In this section, we will focus on four main causes that contributed to the rise of Anglo-German antagonism: economic competition, naval race, colonial ambitions, and cultural differences. We will examine how each of these factors affected the interests, perceptions, and actions of both countries, and how they interacted with each other to create a climate of tension and mistrust.
One of the main causes of Anglo-German antagonism was the economic competition between both countries, which resulted from their different levels and patterns of industrialization and commercialization. Britain was the first country to undergo the Industrial Revolution, which gave it a head start in developing its manufacturing, trade, finance, and transport sectors. By the late 19th century, Britain was the world's leading economic power, with a global network of markets, colonies, and investments. Britain's economic dominance was based on its liberal and free-trade policies, which favored open markets, low tariffs, and free movement of goods and capital.
Germany, on the other hand, was a latecomer to industrialization, which only took off after its unification in 1871. However, Germany soon caught up with Britain in terms of its industrial output, technological innovation, and economic growth. By the early 20th century, Germany was the world's second-largest economy, with a strong base in heavy industry, chemicals, engineering, and electricity. Germany's economic rise was based on its protectionist and interventionist policies, which favored closed markets, high tariffs, and state support for industry and agriculture.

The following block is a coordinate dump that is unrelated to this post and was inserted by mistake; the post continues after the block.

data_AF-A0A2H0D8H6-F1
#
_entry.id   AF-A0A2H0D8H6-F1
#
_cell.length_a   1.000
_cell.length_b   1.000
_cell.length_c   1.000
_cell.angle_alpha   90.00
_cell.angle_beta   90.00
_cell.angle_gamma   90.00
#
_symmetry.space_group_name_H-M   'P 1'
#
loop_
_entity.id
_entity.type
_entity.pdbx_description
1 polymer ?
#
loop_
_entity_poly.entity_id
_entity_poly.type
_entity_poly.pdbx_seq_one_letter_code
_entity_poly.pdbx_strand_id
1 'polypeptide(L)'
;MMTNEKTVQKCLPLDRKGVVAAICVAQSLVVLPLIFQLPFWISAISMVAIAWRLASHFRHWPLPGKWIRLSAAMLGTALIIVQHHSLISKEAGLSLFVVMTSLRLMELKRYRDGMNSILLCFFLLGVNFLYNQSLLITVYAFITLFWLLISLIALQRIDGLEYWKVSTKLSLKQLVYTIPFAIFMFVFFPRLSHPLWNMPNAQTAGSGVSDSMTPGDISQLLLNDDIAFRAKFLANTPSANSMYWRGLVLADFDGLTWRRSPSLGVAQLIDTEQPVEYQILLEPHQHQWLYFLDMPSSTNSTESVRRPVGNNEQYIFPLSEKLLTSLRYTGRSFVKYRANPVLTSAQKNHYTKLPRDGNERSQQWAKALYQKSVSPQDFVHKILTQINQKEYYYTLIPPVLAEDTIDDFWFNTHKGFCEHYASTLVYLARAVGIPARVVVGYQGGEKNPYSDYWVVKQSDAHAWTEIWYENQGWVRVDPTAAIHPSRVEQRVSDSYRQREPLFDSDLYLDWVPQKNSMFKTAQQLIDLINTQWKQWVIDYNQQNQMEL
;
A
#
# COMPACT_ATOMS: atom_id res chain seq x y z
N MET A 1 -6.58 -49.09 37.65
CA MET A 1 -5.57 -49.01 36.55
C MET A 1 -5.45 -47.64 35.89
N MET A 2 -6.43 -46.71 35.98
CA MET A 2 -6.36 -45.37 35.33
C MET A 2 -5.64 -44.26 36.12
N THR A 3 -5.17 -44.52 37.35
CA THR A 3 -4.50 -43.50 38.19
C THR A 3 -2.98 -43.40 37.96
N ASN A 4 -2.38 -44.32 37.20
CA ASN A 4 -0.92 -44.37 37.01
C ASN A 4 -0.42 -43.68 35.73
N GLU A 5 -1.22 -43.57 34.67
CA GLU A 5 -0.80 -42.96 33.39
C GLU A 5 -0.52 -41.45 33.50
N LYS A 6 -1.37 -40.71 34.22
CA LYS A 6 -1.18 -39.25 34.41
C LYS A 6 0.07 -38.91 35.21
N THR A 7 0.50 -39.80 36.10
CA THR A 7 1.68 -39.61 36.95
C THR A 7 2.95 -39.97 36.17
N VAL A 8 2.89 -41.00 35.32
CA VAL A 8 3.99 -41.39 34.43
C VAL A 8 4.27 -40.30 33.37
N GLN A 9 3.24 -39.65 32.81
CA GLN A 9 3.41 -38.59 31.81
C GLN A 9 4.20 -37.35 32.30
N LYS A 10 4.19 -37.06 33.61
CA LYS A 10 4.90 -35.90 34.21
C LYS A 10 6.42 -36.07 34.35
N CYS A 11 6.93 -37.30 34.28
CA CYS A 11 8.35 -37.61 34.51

The economic competition between Britain and Germany was a source of both cooperation and conflict. On one hand, both countries benefited from trading with each other, as they had complementary products and markets. On the other hand, both countries also competed with each other for access to resources, markets, and investments in different regions of the world. The economic rivalry between Britain and Germany was especially acute in areas where they had overlapping or conflicting interests, such as Europe, Africa, Asia, and the Middle East.
Another major cause of Anglo-German antagonism was the naval race between both countries, which resulted from their different strategies and ambitions regarding their maritime power. Britain had a long tradition of naval supremacy, which was essential for its security, trade, empire, and prestige. By the late 19th century, Britain had the world's largest and most powerful navy, with a fleet of modern battleships, cruisers, destroyers, submarines, and aircraft carriers. Britain's naval policy was based on its "two-power standard", which aimed to maintain a navy that was at least equal to the combined strength of any two potential rivals.